Early Triassic Elessaurus: another overlooked Cosesaurus sister!

Cosesaurs (basal fenestrasaurs)
(Figs. 1–3) are popping up everywhere lately!

Current interpretation of Cosesaurus.

Figure 1. MIddle Triassic Cosesaurus. Double its size and it would be close to Early Triassic Elessaurus. See figure 6.

Earlier we looked at a tiny Early Cretaceous cosesaur skull in amber
originally mistaken for a bird/dinosaur: Oculudentavis.

Figure 2. Elessaurus hind limb elements gathered together to scale. Some original scale bars were off by 2x.

Figure 2. Elessaurus hind limb elements gathered together to scale. Some original scale bars were off by 2x.

Today De-Oliveira et al. 2020 bring us
a new Early Triassic cosesaur, Elessaurus gondwanoccidens (UFSM 11471, Figs. 2, 3) known from a hind limb, pelvis, partial sacrum and proximal caudal vertebrae. Cosesaurus was a derived tanystropheid, close to Langobardisaurus, but was not included in the De-Oliveira taxon list.

Figure 1. Elessarus pes compared to Cosesaurus to scale and x2. Note differences between original tracing and DGS tracing.

Figure 3. Elessarus pes compared to Cosesaurus to scale and x2. Note differences between original tracing and DGS tracing. Digit 5 was not lost. It is tucked beneath the metatarsals and was not scored in the LRT.

In the De-Oliveira et al. published cladogram
(Fig. 4) Elessaurus nests basal to the Tanystropheidae (= Macrocnemus, Amotosaurus, Tanystropheus, Tanytrachelos and Langobardisaurus) a clade they derive from Protorosaurus and Trilophosaurus. in one cladogram (Fig. 4), but not in the other (Fig. 5). The authors reported, “In addition, the new specimen presents some features only found in more specialized representatives within Tanystropheidae, such as the presence of a well-developed calcaneal tuber with a rough lateral margin.”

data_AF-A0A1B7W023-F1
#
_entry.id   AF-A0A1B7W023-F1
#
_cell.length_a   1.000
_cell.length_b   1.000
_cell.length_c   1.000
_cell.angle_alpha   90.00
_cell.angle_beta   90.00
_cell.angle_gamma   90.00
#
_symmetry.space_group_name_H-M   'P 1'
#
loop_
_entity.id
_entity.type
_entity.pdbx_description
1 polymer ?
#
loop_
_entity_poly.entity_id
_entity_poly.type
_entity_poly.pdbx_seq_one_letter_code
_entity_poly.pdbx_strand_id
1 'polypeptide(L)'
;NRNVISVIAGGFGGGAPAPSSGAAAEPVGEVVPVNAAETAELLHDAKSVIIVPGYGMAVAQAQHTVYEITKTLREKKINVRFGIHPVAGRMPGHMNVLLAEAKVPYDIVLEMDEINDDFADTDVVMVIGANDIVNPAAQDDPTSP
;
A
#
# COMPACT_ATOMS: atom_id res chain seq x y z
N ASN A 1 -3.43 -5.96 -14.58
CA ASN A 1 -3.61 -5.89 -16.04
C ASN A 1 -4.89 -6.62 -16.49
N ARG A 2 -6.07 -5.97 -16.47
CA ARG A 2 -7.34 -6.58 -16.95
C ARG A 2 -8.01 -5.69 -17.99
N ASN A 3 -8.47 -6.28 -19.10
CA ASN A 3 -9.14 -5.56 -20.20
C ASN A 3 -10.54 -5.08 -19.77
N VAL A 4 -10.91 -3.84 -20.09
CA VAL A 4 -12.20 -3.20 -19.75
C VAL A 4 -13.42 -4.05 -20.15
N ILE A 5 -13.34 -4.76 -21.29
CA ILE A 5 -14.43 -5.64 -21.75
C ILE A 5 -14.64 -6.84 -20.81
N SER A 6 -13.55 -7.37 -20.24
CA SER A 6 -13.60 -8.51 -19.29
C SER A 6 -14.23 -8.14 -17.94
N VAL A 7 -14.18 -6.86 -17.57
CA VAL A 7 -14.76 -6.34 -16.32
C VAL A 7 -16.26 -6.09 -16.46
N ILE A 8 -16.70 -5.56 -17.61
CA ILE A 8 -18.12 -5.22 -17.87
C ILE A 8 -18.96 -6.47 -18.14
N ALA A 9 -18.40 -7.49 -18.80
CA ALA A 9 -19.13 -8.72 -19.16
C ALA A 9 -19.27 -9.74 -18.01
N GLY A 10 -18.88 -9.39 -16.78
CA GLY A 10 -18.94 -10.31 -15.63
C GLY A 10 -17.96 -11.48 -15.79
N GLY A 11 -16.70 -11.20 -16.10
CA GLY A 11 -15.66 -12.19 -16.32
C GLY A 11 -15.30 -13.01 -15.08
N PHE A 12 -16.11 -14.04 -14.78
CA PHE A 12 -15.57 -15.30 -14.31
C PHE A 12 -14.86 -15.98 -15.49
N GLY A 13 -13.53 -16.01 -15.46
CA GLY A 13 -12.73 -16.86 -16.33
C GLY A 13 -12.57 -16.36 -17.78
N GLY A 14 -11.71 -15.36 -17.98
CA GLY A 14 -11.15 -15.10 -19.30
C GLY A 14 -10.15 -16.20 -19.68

Figure 3. Published cladogram by De-Oliveira et al. 2020. Note difference with their SuppData cladogram.

Figure 4. Published cladogram by De-Oliveira et al. 2020. Note different nesting than their SuppData cladogram in figure 5.

By contrast, in the De-Olveira et al. SuppData cladogram
Elessaurus nests without resolution within the Rhynchosauria (Fig. 5). Distinct from the first analysis (Fig. 4), this (Fig. 5) included the drepanosaur ancestor, Jesairosaurus, and the derived macrocnemid, Dinocephalosaurus. The authors reported, “In this second analysis, Elessaurus adopts different positions among the MPTs, it is recovered, e.g. within Archosauriformes, as a sister-taxa of Allokotosauria+Archosauriformes and an early rhynchosaur.” This is a red flag indicating major problems in scoring and taxon exclusion.

Figure 3. Cladogram from DeOliveira et al. 2020 with colors added to show distribution and mixing of Lepidosauromorpha and Archosauromorpha clades in the LRT. Many of these purported sister taxa do not look alike! Here Elessaurus nests with rhynchosaurs, not tanystropheids. 

Figure 5. Cladogram from DeOliveira et al. 2020 with colors added to show distribution and mixing of Lepidosauromorpha and Archosauromorpha clades in the LRT. Many of these purported sister taxa do not look alike! Strangely, here Elessaurus nests with rhynchosaurs, not tanystropheids (Fig. 2). The taxon in pink had to be looked up and revised here.

By contrast,